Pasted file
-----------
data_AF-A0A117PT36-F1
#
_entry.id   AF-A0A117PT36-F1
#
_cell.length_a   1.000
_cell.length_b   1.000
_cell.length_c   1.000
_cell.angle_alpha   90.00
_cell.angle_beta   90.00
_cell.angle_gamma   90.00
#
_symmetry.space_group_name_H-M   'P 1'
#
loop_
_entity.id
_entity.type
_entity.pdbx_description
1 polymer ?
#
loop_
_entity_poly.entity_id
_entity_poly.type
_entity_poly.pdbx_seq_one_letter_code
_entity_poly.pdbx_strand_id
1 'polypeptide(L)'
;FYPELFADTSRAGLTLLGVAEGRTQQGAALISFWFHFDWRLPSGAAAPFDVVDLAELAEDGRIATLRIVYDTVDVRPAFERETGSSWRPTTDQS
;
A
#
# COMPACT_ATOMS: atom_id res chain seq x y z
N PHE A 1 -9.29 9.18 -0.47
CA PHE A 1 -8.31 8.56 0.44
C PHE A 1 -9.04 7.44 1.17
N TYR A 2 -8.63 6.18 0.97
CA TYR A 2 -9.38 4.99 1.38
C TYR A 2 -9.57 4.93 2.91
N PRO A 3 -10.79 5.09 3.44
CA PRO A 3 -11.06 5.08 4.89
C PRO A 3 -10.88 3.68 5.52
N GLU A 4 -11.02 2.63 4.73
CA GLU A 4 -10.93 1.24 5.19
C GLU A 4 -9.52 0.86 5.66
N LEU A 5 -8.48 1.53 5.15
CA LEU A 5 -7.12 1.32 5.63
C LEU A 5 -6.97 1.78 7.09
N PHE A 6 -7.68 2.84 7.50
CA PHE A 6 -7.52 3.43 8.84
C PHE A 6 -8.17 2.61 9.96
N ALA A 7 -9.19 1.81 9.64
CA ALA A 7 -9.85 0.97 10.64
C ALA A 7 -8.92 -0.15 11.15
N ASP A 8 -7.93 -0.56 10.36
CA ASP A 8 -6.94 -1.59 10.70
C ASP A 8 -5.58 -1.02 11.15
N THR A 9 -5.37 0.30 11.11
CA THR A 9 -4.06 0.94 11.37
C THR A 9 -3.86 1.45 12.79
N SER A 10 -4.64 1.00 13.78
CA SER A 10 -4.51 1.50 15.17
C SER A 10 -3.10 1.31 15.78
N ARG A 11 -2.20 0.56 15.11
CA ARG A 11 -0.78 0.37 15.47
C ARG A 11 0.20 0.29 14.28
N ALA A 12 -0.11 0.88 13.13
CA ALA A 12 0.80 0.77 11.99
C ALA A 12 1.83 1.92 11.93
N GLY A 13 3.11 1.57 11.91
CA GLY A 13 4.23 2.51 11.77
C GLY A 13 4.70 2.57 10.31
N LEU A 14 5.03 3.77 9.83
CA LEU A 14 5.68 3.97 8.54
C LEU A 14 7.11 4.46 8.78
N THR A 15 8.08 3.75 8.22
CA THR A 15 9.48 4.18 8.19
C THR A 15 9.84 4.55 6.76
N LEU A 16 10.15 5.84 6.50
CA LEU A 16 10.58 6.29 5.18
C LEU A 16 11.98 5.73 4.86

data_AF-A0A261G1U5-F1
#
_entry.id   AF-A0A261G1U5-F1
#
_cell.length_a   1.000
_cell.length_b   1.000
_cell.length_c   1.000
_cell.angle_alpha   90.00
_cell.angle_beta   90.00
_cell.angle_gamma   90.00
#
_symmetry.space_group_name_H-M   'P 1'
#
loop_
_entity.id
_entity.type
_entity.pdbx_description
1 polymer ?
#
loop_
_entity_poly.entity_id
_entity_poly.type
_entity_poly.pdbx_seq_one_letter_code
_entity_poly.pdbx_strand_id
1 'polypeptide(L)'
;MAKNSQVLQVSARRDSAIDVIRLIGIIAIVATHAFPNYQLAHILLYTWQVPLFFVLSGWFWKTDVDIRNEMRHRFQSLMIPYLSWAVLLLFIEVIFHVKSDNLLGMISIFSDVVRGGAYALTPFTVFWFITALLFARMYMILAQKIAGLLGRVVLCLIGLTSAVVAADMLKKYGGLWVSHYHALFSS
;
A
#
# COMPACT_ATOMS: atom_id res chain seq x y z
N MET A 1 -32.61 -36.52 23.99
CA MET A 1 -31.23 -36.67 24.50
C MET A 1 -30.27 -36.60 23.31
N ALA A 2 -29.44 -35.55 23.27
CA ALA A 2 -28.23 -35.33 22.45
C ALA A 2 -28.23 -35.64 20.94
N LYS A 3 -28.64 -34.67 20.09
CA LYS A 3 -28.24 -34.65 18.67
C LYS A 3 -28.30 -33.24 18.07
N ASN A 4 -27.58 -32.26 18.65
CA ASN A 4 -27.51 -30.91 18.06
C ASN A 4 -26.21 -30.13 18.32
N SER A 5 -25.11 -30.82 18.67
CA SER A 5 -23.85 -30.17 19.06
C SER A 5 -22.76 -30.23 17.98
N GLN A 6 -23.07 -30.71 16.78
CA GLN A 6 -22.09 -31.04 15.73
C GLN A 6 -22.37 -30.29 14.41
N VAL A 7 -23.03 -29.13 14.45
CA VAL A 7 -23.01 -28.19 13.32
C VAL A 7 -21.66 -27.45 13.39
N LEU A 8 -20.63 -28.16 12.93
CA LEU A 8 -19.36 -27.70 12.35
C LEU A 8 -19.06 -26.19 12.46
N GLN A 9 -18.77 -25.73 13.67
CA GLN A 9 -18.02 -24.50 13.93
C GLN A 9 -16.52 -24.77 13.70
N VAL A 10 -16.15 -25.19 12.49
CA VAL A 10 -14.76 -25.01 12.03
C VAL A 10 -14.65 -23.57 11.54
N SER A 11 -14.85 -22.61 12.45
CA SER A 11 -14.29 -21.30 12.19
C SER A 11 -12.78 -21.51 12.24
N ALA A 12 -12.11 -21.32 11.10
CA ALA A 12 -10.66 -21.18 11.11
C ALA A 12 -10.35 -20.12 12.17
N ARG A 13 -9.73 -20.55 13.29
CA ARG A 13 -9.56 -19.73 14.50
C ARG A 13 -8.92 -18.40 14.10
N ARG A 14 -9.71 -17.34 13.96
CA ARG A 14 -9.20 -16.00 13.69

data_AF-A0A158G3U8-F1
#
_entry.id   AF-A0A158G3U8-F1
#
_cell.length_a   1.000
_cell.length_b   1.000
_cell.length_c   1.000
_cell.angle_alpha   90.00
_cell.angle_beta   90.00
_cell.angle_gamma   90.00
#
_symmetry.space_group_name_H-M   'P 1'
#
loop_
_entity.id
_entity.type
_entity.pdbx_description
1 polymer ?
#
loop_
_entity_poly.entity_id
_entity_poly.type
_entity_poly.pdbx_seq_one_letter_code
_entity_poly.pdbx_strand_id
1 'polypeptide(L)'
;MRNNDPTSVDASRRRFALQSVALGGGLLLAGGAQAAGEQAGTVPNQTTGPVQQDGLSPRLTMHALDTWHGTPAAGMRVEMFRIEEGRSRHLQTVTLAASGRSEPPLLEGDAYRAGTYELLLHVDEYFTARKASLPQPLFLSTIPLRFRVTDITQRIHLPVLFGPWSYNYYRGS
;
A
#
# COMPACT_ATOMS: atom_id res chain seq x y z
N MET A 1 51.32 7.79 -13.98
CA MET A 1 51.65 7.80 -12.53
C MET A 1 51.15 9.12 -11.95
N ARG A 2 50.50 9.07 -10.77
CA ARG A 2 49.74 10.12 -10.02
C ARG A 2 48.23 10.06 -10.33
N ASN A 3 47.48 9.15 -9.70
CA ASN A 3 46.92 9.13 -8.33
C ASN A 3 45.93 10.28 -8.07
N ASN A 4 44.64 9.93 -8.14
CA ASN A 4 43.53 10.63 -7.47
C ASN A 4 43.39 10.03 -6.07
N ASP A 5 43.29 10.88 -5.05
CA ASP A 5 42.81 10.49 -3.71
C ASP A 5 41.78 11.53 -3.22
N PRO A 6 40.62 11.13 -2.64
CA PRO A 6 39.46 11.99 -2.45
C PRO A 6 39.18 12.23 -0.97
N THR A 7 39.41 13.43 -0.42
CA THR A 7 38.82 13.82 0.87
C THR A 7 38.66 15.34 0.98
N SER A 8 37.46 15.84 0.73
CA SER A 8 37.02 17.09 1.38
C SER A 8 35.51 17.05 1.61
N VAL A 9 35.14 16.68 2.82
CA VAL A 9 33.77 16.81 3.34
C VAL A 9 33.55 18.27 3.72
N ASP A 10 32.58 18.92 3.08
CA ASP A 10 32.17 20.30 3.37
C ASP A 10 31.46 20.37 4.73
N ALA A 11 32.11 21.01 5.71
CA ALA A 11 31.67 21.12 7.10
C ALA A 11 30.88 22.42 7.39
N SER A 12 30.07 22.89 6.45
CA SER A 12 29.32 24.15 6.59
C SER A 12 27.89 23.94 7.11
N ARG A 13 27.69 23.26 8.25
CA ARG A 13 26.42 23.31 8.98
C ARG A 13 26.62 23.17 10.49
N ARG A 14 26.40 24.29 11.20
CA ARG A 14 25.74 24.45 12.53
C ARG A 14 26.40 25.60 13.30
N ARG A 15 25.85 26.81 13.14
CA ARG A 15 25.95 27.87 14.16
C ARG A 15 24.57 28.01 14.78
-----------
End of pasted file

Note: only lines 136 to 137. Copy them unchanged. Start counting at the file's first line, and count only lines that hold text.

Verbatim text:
N VAL A 10 -16.15 -25.19 12.49
CA VAL A 10 -14.76 -25.01 12.03